It’s Worm Week here at HighMag Blog. Worms are amazing little creatures, and the species C. elegans is an invaluable model system for studying cell and developmental biology. Their genome is sequenced, their development is precise and well-documented, and their bodies and embryos are translucent (making them photogenic under a microscope). Today’s image is from the same lab that brought Tuesday’s image…worm gonads rock!
Blurb and image from Christian R. Eckmann:
The image is an immuno-stained part of an extruded C. elegans hermaphrodite gonad; germ cell nuclei (magenta) and the apical membrane (green). The germ stem cells reside at the closed end of this tube like tissue. In wild type, the germ stem cells exit the mitotic zone, entering meiosis further away from the closed tip and start differentiating into sperm or oocytes.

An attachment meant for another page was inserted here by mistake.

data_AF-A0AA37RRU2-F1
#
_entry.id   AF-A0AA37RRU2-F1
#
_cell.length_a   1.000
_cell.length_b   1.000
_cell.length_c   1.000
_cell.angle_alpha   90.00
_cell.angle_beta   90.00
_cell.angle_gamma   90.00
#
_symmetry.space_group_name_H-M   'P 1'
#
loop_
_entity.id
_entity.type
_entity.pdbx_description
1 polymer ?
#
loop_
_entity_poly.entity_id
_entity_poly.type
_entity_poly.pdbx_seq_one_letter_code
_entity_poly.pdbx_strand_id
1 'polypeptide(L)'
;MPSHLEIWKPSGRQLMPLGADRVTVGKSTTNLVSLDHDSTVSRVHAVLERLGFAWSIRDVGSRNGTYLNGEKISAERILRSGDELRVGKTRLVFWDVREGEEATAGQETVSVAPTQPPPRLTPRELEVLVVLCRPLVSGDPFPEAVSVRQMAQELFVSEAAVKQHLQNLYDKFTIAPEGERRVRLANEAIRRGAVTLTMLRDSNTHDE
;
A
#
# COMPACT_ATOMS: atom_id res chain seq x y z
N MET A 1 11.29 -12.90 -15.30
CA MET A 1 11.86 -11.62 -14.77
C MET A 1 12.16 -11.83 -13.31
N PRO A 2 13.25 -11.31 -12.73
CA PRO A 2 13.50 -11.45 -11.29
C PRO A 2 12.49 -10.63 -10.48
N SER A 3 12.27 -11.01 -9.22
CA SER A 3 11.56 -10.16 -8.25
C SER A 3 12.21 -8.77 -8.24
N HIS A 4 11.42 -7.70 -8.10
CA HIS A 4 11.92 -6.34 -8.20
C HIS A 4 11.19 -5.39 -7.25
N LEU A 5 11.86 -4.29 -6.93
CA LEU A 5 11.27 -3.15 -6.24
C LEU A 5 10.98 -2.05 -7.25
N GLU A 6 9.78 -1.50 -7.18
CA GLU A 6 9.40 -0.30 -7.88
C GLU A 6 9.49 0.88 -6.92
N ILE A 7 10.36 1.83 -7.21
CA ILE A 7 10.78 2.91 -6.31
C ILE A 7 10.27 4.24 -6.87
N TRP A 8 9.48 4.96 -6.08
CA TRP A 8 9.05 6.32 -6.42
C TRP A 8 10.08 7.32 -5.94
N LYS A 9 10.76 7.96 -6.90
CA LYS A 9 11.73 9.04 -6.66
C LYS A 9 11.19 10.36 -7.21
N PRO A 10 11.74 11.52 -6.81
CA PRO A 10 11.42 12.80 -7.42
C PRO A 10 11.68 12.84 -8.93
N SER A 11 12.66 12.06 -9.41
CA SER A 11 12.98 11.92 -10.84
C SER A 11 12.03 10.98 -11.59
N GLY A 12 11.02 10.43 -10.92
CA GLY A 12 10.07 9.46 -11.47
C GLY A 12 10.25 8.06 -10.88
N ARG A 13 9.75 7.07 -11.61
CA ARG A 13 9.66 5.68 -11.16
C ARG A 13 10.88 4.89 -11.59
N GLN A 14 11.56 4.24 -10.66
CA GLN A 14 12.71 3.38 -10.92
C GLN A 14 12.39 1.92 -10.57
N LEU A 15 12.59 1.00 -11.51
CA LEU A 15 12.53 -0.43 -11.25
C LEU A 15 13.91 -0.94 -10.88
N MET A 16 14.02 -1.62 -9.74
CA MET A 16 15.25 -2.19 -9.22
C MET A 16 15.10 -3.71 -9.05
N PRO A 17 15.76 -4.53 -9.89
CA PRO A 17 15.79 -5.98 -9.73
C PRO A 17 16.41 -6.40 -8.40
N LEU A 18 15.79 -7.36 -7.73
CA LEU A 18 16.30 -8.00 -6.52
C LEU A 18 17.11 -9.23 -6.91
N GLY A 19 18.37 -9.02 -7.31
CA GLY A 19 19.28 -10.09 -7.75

The image posted earlier this week is from the Gracida and Eckmann paper that identifies a nuclear receptor that protects germ stem cell integrity, and in turn fertility, after dietary perturbations.
X. & Eckmann, C. (2013). Fertility and Germline Stem Cell Maintenance under Different Diets Requires nhr-114/HNF4 in C. elegans Current Biology, 23 (7), 607-613 DOI: 10.1016/j.cub.2013.02.034